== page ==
Mouse on Mars is recognized as one of Germany’s most defining and versatile electronic music projects. With their anarchic mixture of sound that oscillates between uncontrollable chaos and meticulously arranged structures, Jan St. Werner and Andi Toma have forged a unique musical language, which is readily decomposed by the unpredictability of its myriad mutations.
This dialectical method, coupled with the capacity for continuous reinvention, is the only constant to be found in the duo’s cooperation. Free from schools of thought, genre conventions, and from the constraints of the music establishment, they have worked under the Mouse on Mars alias for 24 years, mapping their own idiosyncratic trajectory through a no man’s land between pop, art, club music, and the avant-garde.
The duo represents one of Germany’s few experimental pop acts to have stirred wide international attention and acclaim. Four Peel sessions alone, recorded at the legendary BBC Radio, attest to their influence.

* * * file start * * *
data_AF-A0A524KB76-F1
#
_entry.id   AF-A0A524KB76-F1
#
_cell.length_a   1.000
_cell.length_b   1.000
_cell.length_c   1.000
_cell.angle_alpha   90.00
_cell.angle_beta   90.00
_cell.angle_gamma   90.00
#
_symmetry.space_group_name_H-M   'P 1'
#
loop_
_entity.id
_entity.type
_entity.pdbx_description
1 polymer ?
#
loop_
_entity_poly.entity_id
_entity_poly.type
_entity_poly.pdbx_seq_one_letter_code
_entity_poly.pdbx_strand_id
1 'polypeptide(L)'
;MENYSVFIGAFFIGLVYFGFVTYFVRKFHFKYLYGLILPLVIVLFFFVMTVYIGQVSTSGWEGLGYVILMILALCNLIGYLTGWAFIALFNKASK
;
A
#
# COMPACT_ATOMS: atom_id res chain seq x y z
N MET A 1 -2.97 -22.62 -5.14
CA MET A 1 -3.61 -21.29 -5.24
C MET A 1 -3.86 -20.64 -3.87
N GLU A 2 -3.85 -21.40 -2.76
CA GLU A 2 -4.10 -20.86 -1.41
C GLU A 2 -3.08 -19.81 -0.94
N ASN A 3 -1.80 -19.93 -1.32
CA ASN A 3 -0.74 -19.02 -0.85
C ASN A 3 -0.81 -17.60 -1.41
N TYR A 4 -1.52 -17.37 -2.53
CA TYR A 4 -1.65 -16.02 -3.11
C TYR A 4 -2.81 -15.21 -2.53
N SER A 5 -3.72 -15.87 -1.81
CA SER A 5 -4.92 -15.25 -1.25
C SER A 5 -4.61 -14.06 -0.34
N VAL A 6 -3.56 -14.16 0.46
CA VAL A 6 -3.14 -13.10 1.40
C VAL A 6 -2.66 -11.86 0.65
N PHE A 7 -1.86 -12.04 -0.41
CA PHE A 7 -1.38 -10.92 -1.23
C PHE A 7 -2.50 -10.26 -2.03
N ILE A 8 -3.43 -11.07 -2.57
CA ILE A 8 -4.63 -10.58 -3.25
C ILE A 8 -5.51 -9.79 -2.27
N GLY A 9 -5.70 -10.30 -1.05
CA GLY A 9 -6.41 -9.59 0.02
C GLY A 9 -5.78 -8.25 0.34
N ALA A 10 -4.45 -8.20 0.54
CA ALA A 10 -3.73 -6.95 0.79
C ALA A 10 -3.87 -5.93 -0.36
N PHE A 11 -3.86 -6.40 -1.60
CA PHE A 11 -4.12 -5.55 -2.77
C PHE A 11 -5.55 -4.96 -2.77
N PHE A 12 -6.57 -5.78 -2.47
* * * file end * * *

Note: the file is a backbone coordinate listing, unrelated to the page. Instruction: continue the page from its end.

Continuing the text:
Through this attitude and approach, Mouse on Mars’s work can be seen as a kind of counterpoint to German electronic music pioneers Kraftwerk, also from Düsseldorf. While Kraftwerk’s conceptual rigour, cool efficiency, perfect accuracy and discipline, retro glamour, and techno euphoric engineering spirit keeps struggling with German angst and its problematic relationship to authority, Mouse on Mars prefer to leave this arena behind.
From the beginning, they have asserted themselves within artistically, culturally, and geographically broad perspectives, swerving away from rigid identity constructs. While Mouse on Mars is, of course, an identity based project, its members attempt to create a more fluid, productive, and less anxiety ridden understanding of identity – one that strives to break through the firmly entrenched structures of authority and social constructs, so that the resulting energy which is released may be channeled into unconstrained artistic processes.